Harry Cohn, monstrous mogul of Columbia Pictures, knew how to tell when a movie was wearing out its welcome.
“If my fanny squirms,” he announced, “it’s bad. If my fanny doesn’t squirm, it’s good.”
He’d never get through a picture today.
The last Bond film, “No Time to Die,” was two hours and 43 minutes long. “The Batman” was two hours and 56 minutes. And the movie version of “Wicked” … well, no one knows how long that’s going to be, yet. But if you take the filmmaker at his word, it’s apparently so long it can’t even fit into one movie.
“It became impossible to wrestle the story of ‘Wicked’ into a single film without doing some real damage,” director John Chu announced recently on social media. “We decided to give ourselves a bigger canvas and make not just one ‘Wicked’ movie but two!”
“Impossible”? Try harder. In 1948, David Lean adapted Dickens’ “Great Expectations” — 535 pages, in my small edition — into a very compact 118-minute film. In 2012, Joe Wright sped stylishly through most of Tolstoy’s “Anna Karenina” — an 800-plus-page doorstop of a novel — in 130 minutes.
Here is a more direct comparison: On Broadway, the 2009 (uncut) revival of “West Side Story” ran two hours and 45 minutes. The original uncut production of “Wicked” also ran two hours and 45 minutes. When Steven Spielberg adapted “West Side Story” for the movies last year, he managed to get through it in two hours and 36 minutes.
The upcoming “Wicked” film, however, will only deliver half the musical in December 2024 — and then, a year later, the rest.
Don’t people know how to tell a story anymore? Can’t they just get to the point?
Of course, in some cases the length is the point. Generally, studios prefer movies around the two-hour mark. Go much over that and it cuts down on the screenings theaters can squeeze into a day. So running times (along with ratings) are usually spelled out in contracts; the finished film can’t be longer than, say, two hours and 20 minutes, or rated “harder” than PG-13.
But directors or stars who have acquired some clout can afford to push back. And if studios think a movie has some Oscar potential, they’re willing to let things get a little epic.
Seriously, “King Richard” did not need to be two hours and 24 minutes. “House of Gucci” did not deserve two hours and 37 minutes of your time. But studios were willing to let them stretch out a bit because they thought it made them look like genuine contenders. (As if Academy voters are checking running times and thinking, “Wow, this isn’t just some 90-minute flick. This movie must be important!”)
So yes, there are reasons why some movies push past that two-hour mark. A faithful adaptation of “Wicked” undoubtedly would have. But when even three hours isn’t enough time to tell your story — when your film suddenly becomes two films, or even three — something else is at work. And it is usually simply, crassly, money.
I’m not talking about movies in which the characters and situations are so rich that you want to see them back for a sequel. I’m talking about films adapted from a single best-seller or musical that grow and grow until they practically become their own mini-franchise.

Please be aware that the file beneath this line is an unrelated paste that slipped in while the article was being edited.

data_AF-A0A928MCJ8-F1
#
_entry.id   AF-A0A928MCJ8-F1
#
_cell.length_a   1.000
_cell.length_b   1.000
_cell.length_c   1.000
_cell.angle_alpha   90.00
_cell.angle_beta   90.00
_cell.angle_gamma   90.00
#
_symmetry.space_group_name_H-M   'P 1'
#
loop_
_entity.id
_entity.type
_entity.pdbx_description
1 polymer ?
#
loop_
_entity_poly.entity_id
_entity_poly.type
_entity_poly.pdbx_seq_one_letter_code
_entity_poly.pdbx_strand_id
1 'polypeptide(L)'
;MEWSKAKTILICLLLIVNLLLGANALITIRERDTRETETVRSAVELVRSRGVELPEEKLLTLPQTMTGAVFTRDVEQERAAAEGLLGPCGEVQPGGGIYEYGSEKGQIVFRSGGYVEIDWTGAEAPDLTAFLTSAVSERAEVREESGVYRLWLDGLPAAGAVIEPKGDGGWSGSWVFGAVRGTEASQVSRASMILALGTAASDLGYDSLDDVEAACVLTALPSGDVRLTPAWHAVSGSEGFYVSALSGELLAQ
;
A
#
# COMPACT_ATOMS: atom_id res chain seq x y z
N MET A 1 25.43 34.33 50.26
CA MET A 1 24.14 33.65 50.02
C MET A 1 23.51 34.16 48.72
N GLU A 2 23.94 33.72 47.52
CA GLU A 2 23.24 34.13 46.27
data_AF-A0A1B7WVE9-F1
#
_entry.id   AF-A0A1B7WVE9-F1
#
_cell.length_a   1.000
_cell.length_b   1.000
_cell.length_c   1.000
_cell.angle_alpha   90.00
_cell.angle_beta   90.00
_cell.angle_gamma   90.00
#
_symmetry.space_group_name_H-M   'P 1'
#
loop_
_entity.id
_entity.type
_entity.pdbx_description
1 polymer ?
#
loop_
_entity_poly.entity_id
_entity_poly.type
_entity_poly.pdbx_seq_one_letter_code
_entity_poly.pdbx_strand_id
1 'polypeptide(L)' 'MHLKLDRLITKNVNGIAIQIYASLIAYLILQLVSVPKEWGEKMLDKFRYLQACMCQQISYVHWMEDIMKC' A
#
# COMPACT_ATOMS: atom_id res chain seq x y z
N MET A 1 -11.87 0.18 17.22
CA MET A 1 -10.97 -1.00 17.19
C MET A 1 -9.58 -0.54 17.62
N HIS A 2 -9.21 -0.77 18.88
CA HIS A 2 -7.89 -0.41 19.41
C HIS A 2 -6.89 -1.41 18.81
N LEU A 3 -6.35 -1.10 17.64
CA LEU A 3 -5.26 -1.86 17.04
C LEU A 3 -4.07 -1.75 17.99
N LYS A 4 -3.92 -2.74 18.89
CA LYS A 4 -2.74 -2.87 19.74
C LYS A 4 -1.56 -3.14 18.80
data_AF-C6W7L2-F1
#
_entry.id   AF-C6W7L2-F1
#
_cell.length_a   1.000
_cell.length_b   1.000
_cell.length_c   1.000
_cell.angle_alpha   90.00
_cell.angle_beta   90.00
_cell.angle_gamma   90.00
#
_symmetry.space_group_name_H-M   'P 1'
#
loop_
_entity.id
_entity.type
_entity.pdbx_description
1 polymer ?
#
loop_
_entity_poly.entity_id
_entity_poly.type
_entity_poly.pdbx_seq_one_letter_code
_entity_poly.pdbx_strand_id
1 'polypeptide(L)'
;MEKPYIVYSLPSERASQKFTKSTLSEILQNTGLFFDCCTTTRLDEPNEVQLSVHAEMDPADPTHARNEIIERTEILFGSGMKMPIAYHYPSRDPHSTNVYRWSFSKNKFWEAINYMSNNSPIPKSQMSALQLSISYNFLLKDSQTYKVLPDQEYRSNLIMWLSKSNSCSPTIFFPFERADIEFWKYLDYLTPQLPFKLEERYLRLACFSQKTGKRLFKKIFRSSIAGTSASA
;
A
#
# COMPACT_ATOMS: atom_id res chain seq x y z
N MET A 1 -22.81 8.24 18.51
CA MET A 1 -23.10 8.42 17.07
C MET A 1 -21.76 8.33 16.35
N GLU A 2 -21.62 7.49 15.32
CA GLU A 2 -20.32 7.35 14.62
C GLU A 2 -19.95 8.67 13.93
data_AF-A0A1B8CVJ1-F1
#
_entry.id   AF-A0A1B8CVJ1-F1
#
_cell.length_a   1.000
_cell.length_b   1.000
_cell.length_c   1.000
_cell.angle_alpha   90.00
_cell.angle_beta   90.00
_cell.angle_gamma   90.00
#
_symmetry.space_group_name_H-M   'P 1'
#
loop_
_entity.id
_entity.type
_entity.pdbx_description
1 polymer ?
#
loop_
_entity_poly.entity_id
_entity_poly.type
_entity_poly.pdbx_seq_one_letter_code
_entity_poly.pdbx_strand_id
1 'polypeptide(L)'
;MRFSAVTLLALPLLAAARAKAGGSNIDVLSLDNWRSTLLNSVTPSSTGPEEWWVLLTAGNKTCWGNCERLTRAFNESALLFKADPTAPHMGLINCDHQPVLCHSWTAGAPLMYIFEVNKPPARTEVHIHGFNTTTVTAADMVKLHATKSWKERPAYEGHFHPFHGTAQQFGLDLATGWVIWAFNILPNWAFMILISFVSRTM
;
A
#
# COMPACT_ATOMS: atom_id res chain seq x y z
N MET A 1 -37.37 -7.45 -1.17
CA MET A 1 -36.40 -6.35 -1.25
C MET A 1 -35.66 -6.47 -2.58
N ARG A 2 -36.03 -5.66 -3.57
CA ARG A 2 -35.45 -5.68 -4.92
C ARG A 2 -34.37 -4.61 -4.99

Of course, the studios and filmmakers always say they’re doing it for the fans — there were so many great characters they didn’t want to disappoint by leaving any of them out!
Or they’ll insist it’s because they’re “building a world” — adding all sorts of new backstory and subplots that somehow the original author didn’t get to.
There’s no reason why a slim, YA novel like the “The Hunger Games” sequel “Mockingjay” had to be stretched over two films and four hours and 20 minutes. Or how about “The Hobbit” — the simplest of Tolkien’s elvish adventures? That got dragged out over three films and seven hours and 54 minutes (eight hours and 52 minutes if you shell out for the “extended” cuts).
You could have read the book in less time, even with a regular break for mead.
No, there is really one reason for this cine-flation. And it’s money. Why sell one ticket when you can sell two? Why give them “Dune” and be done with it, when you can give them half of “Dune” and then drag them back two years later for the rest?
Besides, you’re not only selling a second ticket (and, eventually, a second Blu-ray). You’re extending all the shelf time your merchandizing is going to get.
Nothing gets marked down faster than a toy tied to last year’s kiddie film. But with a sequel around the corner, you can buy at least another year. And as long as you keep turning out “Wicked” movies, you can keep hawking your Elphaba masks, and Glinda dolls, and Munchkinland games, and everything else you can think of.
Believe me, Elphaba’s skin isn’t the only green Hollywood is focused on.
Movies aren’t taxi meters, though, and there is more to making money than keeping an audience in their seats. Fans aren’t impressed by how long it takes you to tell a story, and they often resent going to a picture only to find out they’re getting half of what they were expecting.
That’s because moviegoers don’t just want value for their money. They want value for their time. And if today’s studio execs can’t realize that … well, they’ve got less sense than Harry Cohn’s fanny.
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